Projects at Oregon State University to research robotic, thought-controlled prosthetic limbs and exoskeletons, in addition to research being done by Oregon Health and Sciences University into treating everything from Cancer to mental illnesses, may be plenty of reason to earmark more funding for investment into the future of science.
Increasing Incentives For Veterans to Study in Oregon
Last year, the legislature passed a bill that allowed members of the military from out of state to attend graduate school in Oregon while still paying the in-state tuition rate.
Look for this year’s legislature to expand that initiative to more members of the military who are pursuing degrees with pay well or degrees that allow for economic innovation.
Changes to Class Action Lawsuits
Oregon is one of the few states that allows money from a class action lawsuit that goes unclaimed to be returned to the company that was sued.
In the interest of alleviating the budget, a number of legislators are looking to enact a new law in 2015 that will allow unclaimed money from these suits to go into a separate fund to be used by the state.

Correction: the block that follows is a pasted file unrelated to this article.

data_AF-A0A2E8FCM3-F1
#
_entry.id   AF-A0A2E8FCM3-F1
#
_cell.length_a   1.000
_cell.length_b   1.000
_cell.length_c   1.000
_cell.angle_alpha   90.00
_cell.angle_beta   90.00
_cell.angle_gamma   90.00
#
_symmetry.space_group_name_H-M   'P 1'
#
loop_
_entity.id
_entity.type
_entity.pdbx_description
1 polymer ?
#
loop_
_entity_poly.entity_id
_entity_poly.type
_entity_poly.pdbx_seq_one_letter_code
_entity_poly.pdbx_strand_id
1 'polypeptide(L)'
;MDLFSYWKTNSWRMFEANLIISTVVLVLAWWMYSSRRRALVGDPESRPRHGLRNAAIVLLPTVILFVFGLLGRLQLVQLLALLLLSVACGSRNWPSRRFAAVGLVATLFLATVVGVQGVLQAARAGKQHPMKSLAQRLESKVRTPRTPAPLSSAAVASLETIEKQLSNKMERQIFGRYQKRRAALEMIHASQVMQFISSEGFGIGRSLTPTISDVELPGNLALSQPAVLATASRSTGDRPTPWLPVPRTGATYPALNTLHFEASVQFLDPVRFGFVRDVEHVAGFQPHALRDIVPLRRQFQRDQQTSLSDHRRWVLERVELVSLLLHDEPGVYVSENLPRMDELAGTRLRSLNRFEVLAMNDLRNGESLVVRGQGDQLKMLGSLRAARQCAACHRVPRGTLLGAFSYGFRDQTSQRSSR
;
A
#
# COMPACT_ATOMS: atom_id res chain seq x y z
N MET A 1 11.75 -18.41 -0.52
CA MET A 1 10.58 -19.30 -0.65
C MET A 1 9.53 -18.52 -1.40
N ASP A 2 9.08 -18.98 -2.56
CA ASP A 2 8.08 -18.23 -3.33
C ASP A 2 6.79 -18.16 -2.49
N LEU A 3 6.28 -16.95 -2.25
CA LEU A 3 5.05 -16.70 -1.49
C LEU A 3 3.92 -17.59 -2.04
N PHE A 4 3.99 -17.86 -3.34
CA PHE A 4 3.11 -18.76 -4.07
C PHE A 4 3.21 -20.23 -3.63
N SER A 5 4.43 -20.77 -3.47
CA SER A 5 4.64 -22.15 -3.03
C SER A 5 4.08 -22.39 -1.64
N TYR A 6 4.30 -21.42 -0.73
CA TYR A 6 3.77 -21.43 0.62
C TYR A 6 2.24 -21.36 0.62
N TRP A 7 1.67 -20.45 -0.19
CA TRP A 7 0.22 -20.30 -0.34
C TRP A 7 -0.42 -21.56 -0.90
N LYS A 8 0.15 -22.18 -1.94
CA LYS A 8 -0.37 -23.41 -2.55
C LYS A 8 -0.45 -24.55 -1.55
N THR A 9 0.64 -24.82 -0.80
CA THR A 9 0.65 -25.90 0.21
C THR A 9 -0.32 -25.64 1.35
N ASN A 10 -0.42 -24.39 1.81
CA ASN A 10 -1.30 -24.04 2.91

Prohibiting License Plate Tagging
In Congress, the fight against government surveillance is being led by Sen. Ron Wyden (D-OR).
In Wyden’s home state of Oregon, some legislators have also taken up his cause.
In 2015, pundits are expecting a bill outlawing ‘license plate tagging—’ the act of taking a photo of a license plate whenever a vehicle stops at a stop sign or passes through a traffic camera.
Authorities have been rumored to use the method to track drivers crossing between Oregon and Washington after the latter state legalized marijuana for recreational use.
Capital Construction Projects
Pundits are expecting more capital construction projects in 2015.
“Although infrastructure is getting better, it’s still a source of concern for Oregonians,” Bergstein said.
Improvements to roads and bridges are always needed, so expect some additional funding to be allocated towards improving the state’s infrastructure in 2015.